This isn't actually a Captain America helmet, technically. This helmet belongs to "The Captain" or "Captain Nomad" or possibly US Agent. It's meant to resemble what Captain America's helmet might have looked like if Steve Rogers had worn the black costume he'd worn in the comics for a year in 1989 when he went through one of his occasional fugitive phases. But the technique is the same if you're trying to make a typical Captain America helmet or something similar.
This helmet was 3D printed in four parts, glued together, smoothed, and painted. This project costs around $50 for all the materials, but for that price you could likely make five of these. It takes about 15 hours, of which about 3 hours are hands-on time and most of which is just print time or drying time. It's an easy project accessible to any experience level that can definitely be accomplished over a few evenings or over a weekend.
- 200 g of Filament - $20 / kg
- Superglue - $3 / tube
- Wood filler - $6 / jar
- Spray paint - $5 / can
- Cork sheet / EVA foam / Cardboard - $2
- Hot glue (optional)
- Liquid shoe polish (optional)
- Silver paint (optional)
Hot glue gun (optional)
Step 1: Print the Helmet
This helmet was a pretty easy print. I printed it in four parts. For each I used a 0.3 mm layer height with a 0.6 mm nozzle at normal speeds and temperatures. I printed the upper back with support and the rest without. I included a brim to improve attachment and cleaned it off with my craft knife before gluing.
I also designed some simple wings and a star 0.6 mm thick to add some pizzazz. Cap's helmet in the films has evolved to include some great textures and line work, which I wanted to add a bit of. The costume I'm replicating from the comics had no adornment on the front, so I included a star instead of an "A" but painted it the same color as the rest of the helmet.
The print file I used was "captain america helmet" by Captnmazur, which is a remix of "Captain America Helmet" by SMARTDAGGER, which was a remix of "Captain America: First Avenger Helmet" by sunday. The fit is imperfect, but I gained an appreciation for the work that went into making this when I tried to model my own. It's hard!
Step 2: Glue the Segments
After printing and cleaning the edges well, I glued the four pieces together with cyanoacrylate (aka super glue). I found the best way to glue the seams precisely was to apply glue along about four inches of one of the seams and then line the edge up with its conjugate and hold them together for several seconds. Then I'd apply glue to the next few inches of the seam, align them, and hold. Wear gloves, since I hate the feeling of superglue on my skin. Be aware that the wood filler you'll add in the next step has adhesive and reinforcing properties, so even if the seams don't feel entirely reliable, they likely will after the wood filler is applied.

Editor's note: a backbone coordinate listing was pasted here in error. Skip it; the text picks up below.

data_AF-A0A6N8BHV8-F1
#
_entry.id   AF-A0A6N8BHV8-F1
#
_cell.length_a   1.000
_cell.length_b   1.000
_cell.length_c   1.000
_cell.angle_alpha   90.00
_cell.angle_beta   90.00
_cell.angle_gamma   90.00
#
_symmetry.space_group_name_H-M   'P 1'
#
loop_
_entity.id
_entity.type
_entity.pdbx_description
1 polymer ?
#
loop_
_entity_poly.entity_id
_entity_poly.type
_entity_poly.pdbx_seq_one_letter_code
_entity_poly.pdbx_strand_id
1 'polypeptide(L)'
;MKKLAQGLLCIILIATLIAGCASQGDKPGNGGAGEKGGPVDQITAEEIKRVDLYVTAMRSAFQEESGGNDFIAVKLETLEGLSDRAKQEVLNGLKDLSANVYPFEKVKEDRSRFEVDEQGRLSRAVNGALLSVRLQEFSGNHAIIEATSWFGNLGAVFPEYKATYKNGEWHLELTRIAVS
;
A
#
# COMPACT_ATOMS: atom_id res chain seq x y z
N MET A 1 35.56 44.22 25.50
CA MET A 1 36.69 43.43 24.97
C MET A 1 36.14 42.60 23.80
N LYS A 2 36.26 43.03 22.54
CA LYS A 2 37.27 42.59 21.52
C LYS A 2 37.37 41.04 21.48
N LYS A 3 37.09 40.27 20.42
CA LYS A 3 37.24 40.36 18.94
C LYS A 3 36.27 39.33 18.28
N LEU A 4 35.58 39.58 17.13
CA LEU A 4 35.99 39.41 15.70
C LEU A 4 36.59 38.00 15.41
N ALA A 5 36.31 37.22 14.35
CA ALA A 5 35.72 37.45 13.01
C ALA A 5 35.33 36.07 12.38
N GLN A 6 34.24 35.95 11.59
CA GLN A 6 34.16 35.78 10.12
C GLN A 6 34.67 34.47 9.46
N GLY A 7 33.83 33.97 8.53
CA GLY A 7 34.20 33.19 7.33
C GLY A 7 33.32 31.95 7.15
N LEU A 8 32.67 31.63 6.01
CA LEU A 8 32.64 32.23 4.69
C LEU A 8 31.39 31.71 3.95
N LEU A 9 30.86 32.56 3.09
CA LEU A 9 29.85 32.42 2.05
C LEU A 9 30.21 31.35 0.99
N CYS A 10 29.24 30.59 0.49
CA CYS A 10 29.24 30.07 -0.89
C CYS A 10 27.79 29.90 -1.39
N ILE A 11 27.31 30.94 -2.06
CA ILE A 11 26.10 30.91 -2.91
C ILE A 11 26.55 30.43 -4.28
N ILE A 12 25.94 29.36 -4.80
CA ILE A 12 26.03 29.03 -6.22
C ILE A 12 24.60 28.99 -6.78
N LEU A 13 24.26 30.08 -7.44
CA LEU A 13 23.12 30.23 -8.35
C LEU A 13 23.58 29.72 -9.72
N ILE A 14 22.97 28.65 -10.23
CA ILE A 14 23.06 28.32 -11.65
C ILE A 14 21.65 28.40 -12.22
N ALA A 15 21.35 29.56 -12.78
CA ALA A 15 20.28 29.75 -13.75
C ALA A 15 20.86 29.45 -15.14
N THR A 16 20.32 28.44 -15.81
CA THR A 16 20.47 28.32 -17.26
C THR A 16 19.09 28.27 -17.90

Step 3: Apply Wood Filler and Sand
Wood filler serves multiple roles: it fills and hides the seams, it helps fill and hide print lines, it provides a sandable exterior, and it acts as a great paint primer. It also adds a bit of strength to the helmet, particularly along the seems. Be aware that it's a bit powdery as you sand. You might want to wear a dust mask.
The three popular agents I've seen used for filling and smoothing 3D prints are XTC 3D, Bondo, and Wood filler. I've used XTC 3D, which is a thin, paint-on clear epoxy. I've never used Bondo, particularly because its fumes are supposed to be awful, and I do most of my work in-doors. This was the first time I'd used wood filler. I decided to try it after watching this video by Uncle Jessy. As he says in the video, it's really a dream. It was super easy to apply and spread. It offered plenty of working time, but also dried fast.
You can still see the print lines in my final product, but I didn't mind. I think it looks a bit like brushed metal under paint, but if you really want it to look flawless, print with a lower layer height, apply more filler, sand more, apply a second layer, and sand that. I think you'll have no problem completely hiding the layer lines.
Step 4: Glue in a Liner
A simple lining will help join the separate pieces and improve the fit. I used a sheet of 2 mm cork because I had it laying around, but EVA foam or cardboard would work fine.
Cut one piece of lining for the top and one for each side (not pictured). For the top piece, I cut wedges in each end to account for the internal curvature. I glued the lining with hot glue, although super glue, Elmer's, Barge cement, or even wood filler would work.
Step 5: Paint and Finish
I glued the star on with superglue and painted the helmet using a basic Rust-Oleum semi-gloss enamel spray paint. This applied great, although ever after drying overnight and blowing on it with a fan, the texture felt slightly tacky. This went away with a gentle sanding with 120 grit sand paper, which dulled the shine a bit and gave it a nice dry finish. I spray painted the wings using Rust-oleum Nickel, and then glued them on with superglue as well. This is how I'd recommend adding the "A" if preparing a standard Captain America helmet.
I think the wings and the star added some valuable texture to the helmet, and they were easy to design and apply. I'd suggest taking this technique further if you're interested by adding more panels and lines to replicate some of the features of the helmets in the MCU films.
Finally, I did a bit of subtle finishing work. I rubbed in a bit of liquid shoe polish -- especially on the silver wings -- and wiped it off, and I dry brushed a bit of silver paint along the edges to give the helmet a bit of subtle weathering. This isn't terribly noticeable, but I think it enhances the lived in believably of the piece and recommend it.
This is an entry in the